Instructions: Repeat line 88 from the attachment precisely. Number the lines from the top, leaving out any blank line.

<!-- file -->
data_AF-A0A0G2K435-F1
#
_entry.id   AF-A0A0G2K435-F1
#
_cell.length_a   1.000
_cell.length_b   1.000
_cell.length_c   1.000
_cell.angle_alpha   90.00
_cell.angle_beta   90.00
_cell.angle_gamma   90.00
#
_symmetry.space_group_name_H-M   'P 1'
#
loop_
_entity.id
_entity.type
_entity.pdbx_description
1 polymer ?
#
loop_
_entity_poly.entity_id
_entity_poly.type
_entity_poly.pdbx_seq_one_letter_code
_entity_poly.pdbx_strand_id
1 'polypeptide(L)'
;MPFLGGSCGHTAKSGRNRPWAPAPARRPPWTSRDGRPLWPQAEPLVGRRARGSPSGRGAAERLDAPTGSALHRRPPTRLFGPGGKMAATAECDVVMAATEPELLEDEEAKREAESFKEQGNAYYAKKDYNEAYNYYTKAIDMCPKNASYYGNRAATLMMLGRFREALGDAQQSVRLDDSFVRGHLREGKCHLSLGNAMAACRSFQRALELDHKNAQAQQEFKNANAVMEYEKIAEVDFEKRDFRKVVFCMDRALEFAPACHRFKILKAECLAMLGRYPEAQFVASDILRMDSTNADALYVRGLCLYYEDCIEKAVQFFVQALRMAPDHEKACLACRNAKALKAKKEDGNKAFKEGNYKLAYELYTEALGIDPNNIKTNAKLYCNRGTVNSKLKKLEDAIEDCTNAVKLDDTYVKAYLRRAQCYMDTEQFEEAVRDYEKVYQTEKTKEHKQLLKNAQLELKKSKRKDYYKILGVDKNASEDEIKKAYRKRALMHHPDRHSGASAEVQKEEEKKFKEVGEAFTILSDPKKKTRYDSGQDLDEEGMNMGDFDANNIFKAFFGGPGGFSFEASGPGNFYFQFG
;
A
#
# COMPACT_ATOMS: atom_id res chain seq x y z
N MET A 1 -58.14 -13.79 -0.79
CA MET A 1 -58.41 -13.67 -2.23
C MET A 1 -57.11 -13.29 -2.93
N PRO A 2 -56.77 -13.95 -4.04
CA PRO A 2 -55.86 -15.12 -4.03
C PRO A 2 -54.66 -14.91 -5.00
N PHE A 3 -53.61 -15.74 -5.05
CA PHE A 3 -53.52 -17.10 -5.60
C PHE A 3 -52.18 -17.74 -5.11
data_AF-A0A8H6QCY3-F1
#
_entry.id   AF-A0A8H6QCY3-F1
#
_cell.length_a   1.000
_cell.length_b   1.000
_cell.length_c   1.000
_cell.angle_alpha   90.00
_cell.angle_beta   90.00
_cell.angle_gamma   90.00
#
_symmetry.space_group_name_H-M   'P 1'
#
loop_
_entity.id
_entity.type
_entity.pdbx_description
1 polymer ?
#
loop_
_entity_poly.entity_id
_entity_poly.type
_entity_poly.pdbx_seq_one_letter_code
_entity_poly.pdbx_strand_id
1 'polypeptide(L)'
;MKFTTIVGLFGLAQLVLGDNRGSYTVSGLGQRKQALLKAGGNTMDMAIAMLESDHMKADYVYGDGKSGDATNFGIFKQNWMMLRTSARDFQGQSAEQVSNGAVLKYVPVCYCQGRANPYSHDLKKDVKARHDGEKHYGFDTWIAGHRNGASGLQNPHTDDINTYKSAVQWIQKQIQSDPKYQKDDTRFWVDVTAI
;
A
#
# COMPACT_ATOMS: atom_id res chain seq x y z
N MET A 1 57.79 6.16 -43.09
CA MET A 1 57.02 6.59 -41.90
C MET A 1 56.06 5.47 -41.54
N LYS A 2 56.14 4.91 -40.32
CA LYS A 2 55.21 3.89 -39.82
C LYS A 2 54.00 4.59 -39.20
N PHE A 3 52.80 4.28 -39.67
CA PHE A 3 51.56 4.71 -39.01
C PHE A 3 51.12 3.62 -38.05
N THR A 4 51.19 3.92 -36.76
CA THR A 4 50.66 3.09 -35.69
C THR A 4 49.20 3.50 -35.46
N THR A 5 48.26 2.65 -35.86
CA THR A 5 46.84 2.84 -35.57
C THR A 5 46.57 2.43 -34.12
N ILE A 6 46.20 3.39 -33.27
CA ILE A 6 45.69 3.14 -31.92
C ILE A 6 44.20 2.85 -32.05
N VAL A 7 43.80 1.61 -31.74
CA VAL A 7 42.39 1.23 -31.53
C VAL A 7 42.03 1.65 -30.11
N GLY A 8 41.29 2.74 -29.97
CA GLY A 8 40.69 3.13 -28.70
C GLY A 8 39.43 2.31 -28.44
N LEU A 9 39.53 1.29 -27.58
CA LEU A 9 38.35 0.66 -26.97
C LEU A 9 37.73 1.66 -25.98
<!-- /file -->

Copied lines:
N VAL A 7 43.80 1.61 -31.74